I scoffed, "You left out dreamy and ruggedly handsome."
"Hey, you're pretty easy on the eyes too. And don't underestimate yourself. You're smart too, and you can talk yourself out of—and into—anything. You don't even need magical charisma," I think she forgot the part where I have compulsion, so it's impossible for me to be stuck at whatever position.
"So far I'm not seeing a lot of difference between me and a carnival con-man."
She laughed, and I think that we finally got out of the danger zone. "Oh stop. You know what I mean. And you're also one of the most fiercely loyal people I know—and caring, no matter how much you pretend otherwise. I see the way you look after Jill. Not many people would've traveled across the country to help her. And almost no one would have done what you did to save her life."
I guess we weren't out of the danger zone yet, "But what are loyal and caring really worth?" I asked her. I didn't explain the fact that although I was definitely loyal and caring to Rose she didn't care.
"To me? Everything." She answered immediately and I turned to stare at her.
For the remainder of the ride I would look at her when she's not paying attention to me. Sydney just said something very important to me. No one ever said that my trust and loyalty meant everything to them. They usually scoffed at me for having those traits. My old man definitely thought those traits brought in shame for the family, and I did too, but Sydney, Sydney Sage full time alchemist, and part time my sister just said she appreciated me.
For some reason it made me feel happy, so happy and contented that I just sat there staring at her aura burning bright as the sunlight.
When we finally reached the hotel where my dad was staying I went with Sydney up a few levels up. "Take a closer look white I call the old man," I told her. She nodded her head. When I returned I stood right besides Sydney watching her fascination. She looked so young like that this. Her serenity ended when a mother called out to her daughter who was also named Sydney. Turning to face the women she met my eyes, and stepped back a little.
"How about some warning next time?"
"I didn't want to interrupt. You looked happy for a change," I explained.
"For a change? I'm happy lots of times."
"Does that guy—that Brendan guy—"
"Brayden," she corrected. I rolled my eyes because I obviously knew.
"Does that Brayden guy make you happy?" I asked her and she looked up to me surprised. I gave a blank neutral look.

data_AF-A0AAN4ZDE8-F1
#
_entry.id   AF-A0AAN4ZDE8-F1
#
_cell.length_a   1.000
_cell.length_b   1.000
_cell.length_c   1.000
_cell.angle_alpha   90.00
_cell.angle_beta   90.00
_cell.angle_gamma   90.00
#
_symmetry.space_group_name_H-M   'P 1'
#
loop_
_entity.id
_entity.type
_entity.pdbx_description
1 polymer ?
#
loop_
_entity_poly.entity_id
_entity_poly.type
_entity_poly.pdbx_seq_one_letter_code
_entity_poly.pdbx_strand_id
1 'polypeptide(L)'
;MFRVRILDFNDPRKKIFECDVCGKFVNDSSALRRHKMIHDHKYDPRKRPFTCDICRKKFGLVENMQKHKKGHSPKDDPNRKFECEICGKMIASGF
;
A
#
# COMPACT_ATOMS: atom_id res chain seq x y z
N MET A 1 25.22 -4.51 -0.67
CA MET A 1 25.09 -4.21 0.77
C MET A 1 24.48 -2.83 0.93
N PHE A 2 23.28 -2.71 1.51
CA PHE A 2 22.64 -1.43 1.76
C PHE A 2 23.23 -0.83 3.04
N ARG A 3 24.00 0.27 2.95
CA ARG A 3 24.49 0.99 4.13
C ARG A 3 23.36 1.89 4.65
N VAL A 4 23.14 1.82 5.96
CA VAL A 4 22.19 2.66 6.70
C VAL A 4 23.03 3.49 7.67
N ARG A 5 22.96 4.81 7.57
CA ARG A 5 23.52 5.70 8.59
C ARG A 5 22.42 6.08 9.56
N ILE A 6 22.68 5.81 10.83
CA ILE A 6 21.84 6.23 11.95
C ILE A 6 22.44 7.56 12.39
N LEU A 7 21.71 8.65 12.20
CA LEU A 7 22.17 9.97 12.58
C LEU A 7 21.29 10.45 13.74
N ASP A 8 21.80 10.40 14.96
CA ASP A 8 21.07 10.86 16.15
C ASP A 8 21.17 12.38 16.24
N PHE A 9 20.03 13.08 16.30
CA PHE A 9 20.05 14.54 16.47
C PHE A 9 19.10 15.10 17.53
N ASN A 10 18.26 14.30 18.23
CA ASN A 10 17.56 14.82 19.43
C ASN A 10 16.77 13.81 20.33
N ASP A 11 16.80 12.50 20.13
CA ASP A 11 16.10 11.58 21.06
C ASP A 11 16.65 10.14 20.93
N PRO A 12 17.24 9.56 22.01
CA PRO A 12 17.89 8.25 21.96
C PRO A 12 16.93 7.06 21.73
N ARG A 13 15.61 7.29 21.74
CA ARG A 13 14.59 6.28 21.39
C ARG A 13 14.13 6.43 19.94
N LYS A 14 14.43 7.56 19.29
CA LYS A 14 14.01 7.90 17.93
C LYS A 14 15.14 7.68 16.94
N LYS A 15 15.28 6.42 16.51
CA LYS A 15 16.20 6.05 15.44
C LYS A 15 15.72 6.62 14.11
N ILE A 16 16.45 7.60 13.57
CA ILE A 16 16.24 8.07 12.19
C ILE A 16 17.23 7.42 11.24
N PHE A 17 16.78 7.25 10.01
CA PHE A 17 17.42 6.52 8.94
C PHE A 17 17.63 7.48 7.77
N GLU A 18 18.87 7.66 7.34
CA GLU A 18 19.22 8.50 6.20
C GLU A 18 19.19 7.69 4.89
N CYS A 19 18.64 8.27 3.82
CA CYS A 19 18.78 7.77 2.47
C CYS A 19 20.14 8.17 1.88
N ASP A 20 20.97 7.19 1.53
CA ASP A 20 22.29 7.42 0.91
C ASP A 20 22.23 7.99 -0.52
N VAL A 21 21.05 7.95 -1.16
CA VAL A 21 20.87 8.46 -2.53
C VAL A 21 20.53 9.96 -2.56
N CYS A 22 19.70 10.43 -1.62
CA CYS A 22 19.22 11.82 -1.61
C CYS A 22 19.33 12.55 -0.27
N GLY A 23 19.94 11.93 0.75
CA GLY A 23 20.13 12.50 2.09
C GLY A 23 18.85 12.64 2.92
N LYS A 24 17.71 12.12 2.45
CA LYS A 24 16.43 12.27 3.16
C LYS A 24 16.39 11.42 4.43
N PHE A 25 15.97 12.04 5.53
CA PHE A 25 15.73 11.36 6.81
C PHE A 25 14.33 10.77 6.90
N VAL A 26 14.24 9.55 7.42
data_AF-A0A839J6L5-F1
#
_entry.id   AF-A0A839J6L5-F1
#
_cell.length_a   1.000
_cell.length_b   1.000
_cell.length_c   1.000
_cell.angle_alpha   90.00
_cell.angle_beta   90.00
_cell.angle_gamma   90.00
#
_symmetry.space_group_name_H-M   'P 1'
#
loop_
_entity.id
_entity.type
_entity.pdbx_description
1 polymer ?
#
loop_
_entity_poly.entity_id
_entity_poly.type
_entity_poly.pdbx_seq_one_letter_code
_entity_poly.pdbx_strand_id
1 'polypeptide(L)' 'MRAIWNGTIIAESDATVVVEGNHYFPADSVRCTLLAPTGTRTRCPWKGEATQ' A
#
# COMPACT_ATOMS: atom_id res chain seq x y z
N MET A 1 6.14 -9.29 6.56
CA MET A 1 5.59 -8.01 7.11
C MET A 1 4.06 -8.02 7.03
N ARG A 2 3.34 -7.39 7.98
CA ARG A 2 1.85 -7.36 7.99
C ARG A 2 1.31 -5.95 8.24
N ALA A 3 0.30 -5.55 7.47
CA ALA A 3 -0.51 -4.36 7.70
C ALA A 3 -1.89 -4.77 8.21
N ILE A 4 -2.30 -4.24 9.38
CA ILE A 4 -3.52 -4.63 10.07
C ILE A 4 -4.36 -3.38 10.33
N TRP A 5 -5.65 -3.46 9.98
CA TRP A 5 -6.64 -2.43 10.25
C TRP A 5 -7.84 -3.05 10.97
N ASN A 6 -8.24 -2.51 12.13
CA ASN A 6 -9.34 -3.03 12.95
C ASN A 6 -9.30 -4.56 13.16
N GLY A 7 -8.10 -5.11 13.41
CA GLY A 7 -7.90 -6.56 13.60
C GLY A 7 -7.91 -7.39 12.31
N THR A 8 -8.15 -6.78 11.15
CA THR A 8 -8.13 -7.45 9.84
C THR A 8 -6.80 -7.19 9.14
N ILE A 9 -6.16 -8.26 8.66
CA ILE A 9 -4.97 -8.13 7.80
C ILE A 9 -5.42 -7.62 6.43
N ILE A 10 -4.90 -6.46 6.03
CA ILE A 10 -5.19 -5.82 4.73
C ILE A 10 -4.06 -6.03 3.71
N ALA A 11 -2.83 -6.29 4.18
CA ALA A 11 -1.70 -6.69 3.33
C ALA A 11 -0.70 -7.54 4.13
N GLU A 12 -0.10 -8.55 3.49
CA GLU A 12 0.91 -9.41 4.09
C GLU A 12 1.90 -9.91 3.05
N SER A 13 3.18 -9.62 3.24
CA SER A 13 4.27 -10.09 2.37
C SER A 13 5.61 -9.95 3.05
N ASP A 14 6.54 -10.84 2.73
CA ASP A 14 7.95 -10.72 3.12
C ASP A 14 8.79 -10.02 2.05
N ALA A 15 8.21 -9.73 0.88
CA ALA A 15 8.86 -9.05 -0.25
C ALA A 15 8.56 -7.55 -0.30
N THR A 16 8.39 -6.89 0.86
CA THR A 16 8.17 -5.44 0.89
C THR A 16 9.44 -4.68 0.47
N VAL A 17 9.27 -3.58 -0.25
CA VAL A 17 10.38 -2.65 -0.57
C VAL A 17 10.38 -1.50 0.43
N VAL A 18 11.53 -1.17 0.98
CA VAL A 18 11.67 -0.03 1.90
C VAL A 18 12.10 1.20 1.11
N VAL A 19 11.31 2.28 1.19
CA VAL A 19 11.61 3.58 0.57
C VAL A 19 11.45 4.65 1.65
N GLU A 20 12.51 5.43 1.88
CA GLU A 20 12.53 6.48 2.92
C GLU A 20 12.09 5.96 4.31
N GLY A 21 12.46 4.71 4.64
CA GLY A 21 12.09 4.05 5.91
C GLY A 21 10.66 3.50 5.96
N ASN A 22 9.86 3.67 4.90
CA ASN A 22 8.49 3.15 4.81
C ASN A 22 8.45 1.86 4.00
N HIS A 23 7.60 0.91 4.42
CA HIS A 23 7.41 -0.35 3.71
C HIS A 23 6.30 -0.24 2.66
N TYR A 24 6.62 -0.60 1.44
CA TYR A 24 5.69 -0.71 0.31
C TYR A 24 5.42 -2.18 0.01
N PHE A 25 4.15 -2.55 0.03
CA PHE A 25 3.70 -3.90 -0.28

"I guess. Yeah. I mean, he doesn't make me unhappy," I wanted to laugh. That doesn't mean you're happy, but I don't tell her. Instead I asked her, "Red-hot answer if ever there was one. What do you like about him? Aside from the car? And that he smells like coffee?"
"I like that he's smart, I like that I don't have to dumb myself down around him."
I frowned and stared at her, "You do that a lot for people?"
She gave a bitter laugh. "A lot? Try all the time. Probably the most important thing I've learned at Amberwood is that people don't like to know how much you know. With Brayden, there's no censoring for either of us. I mean just look at this morning. One minute we were talking Halloween costumes, the next we were discussing the ancient Athenian origins of democracy."
I arched an eyebrow. "I'm not going to claim to be a genius, but how the hell did you make that leap?"
"Oh, our Halloween costumes. We're dressing Greek. From the Athenian era."
"Of course," I began and smirked, "no sexy cat costumes for you. Only the most dignified, feminist attire will do." I don't tell her that obviously I won't mind seeing her dressed in a sexy cat costume.
"Feminist? Oh, no. Not Athenian women. They're about as far from feminist as you can—well, forget it. It's not really important," she said while shrugging her shoulders. I did a double take and eyed her weirdly.
"That's it, isn't it?" I asked leaning towards her (god the urge to stroke her face was so strong! And her eyes, they are amazing…).
"What?" she asked clearly flustered.
"You stopped yourself just now. You just dumped it down for me."
"Yeah, I kind of did." She admitted.
"Because you really don't want to hear about ancient Athens, any more than you wanted to hear Brayden talk about Chaos Theory," she said pointedly. I didn't point out to her that Brayden could be talking about the greatest bottle of alcohol in the world and I still wouldn't pay attention to him.
"That's different. He's boring. You make learning fun. Like a children's book or after school special. Tell me about your…um, Athenian women." I said to her.
I can tell that she resisted the urge to not smile. "Most Athenian women weren't educated. They mostly stayed inside and were just expected to have kids and take care of the house. The most progressive women were the hetaerae. They were like entertainers and high-class prostitutes. They were educated and a little flashier. Powerful men kept their wives at home to raise children and then hung out with hetaerae for fun," she paused and stared at my face, "Like I said, it's not really important."
I laughed at her uncertainty. She probably didn't realize that I did indeed listen to every single word she said. "I don't know, I find prostitutes vastly important."
"Well. How refreshing to see that things haven't changed," said a new voice, one I knew belonged to my old man. I flinched.
As promised two chapters. Sorry for the later update then usual, I was working and didn't have time to write. Anyways I hope you enjoy the two chapters I posted, and please review. If there are any errors please tell me, I finished this at 3AM.